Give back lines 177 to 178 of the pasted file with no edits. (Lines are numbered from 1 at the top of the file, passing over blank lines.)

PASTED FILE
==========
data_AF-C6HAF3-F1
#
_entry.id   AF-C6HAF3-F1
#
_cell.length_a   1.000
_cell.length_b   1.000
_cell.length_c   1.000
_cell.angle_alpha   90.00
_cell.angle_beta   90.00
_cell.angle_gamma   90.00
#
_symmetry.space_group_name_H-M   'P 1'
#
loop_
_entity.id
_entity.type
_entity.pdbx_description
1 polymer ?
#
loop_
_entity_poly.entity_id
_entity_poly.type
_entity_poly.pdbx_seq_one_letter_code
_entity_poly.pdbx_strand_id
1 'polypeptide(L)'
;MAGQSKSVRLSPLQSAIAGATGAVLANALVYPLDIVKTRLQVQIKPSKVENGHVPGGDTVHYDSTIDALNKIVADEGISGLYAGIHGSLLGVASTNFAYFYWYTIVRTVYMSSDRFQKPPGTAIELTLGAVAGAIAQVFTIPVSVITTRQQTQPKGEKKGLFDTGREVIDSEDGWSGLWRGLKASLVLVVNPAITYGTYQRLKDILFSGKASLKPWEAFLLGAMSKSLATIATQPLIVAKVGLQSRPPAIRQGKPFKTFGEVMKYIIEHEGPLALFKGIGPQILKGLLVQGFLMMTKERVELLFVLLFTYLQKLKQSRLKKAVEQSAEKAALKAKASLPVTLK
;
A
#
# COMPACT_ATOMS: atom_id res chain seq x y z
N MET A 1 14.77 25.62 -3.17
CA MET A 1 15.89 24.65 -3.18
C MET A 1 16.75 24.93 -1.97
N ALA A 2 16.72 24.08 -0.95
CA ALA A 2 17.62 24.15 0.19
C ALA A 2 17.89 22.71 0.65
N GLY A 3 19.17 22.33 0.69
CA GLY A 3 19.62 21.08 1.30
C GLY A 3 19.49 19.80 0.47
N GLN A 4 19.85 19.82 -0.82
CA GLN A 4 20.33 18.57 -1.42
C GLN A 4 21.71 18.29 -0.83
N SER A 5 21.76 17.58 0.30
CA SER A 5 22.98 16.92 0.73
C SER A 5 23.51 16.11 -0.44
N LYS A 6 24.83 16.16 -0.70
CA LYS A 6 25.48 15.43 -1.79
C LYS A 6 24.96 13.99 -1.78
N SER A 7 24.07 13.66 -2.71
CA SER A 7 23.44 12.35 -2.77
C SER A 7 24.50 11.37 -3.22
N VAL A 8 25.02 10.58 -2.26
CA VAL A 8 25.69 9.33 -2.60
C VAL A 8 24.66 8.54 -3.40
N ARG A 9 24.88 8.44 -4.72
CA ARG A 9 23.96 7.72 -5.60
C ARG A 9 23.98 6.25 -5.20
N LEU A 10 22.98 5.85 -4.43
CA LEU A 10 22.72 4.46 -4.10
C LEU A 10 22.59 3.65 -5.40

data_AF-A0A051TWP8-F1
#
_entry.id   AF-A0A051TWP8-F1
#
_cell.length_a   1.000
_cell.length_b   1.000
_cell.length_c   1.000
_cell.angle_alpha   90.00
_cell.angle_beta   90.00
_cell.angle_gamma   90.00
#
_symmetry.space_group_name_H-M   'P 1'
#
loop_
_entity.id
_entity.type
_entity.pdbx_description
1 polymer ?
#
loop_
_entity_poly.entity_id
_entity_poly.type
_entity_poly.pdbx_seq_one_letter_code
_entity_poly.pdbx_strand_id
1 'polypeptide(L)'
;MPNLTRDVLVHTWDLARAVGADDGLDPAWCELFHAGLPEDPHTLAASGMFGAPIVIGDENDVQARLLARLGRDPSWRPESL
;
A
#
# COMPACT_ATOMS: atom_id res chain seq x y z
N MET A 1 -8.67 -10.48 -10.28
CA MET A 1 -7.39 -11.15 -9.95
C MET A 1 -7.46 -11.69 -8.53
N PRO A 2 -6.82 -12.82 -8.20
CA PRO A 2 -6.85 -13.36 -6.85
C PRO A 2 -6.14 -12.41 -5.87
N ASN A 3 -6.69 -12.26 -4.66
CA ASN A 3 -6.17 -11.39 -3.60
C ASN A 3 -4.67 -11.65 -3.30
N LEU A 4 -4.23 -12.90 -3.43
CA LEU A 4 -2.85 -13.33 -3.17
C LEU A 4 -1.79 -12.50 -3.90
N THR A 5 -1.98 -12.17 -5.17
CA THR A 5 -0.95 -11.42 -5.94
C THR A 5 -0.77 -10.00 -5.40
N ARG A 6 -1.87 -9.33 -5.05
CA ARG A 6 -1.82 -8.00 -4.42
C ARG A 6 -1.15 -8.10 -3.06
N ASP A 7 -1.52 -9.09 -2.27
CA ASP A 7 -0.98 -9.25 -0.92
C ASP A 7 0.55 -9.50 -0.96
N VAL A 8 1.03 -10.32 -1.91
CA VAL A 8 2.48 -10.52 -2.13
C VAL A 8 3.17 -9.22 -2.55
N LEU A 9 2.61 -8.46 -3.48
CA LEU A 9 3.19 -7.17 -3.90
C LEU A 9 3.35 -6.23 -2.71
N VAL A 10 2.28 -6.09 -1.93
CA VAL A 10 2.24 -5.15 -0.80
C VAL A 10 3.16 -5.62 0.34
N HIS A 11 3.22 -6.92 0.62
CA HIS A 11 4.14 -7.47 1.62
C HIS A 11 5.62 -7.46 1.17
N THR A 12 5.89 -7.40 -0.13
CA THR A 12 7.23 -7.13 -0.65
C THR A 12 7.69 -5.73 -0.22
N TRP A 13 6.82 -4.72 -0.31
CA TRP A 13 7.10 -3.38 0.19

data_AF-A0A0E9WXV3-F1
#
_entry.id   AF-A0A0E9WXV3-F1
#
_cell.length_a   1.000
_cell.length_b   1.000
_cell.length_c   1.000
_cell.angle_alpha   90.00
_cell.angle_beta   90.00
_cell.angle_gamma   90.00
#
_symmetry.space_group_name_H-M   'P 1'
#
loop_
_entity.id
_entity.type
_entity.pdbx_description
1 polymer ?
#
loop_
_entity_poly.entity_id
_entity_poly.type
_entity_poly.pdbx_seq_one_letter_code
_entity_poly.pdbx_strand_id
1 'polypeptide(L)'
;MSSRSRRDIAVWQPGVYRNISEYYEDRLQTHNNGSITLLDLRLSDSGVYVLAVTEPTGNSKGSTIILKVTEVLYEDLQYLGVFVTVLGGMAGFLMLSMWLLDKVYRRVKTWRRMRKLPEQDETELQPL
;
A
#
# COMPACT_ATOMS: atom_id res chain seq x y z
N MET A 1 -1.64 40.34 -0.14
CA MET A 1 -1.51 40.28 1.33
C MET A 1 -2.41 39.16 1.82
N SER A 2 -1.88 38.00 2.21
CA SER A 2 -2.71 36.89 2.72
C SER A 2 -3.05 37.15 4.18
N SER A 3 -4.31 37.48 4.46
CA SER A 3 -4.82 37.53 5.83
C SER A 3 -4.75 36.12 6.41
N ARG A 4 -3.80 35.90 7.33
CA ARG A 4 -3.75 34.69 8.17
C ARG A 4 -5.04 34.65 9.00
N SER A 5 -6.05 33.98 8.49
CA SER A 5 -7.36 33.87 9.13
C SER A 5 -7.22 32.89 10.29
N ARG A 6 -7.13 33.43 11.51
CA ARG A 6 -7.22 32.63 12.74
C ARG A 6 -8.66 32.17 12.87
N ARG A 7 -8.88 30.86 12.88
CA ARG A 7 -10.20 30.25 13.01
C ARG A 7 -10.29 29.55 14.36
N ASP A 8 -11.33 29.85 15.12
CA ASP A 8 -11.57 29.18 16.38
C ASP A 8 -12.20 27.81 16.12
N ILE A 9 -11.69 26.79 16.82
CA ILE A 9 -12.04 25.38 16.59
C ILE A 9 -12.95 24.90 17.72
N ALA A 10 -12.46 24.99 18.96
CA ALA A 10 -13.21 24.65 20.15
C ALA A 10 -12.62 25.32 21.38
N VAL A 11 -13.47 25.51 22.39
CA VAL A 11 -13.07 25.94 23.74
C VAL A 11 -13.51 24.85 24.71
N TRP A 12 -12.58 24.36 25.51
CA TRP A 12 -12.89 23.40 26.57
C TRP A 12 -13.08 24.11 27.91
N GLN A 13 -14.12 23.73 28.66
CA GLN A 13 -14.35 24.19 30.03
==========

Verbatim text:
N ARG A 7 -8.88 30.86 12.88
CA ARG A 7 -10.20 30.25 13.01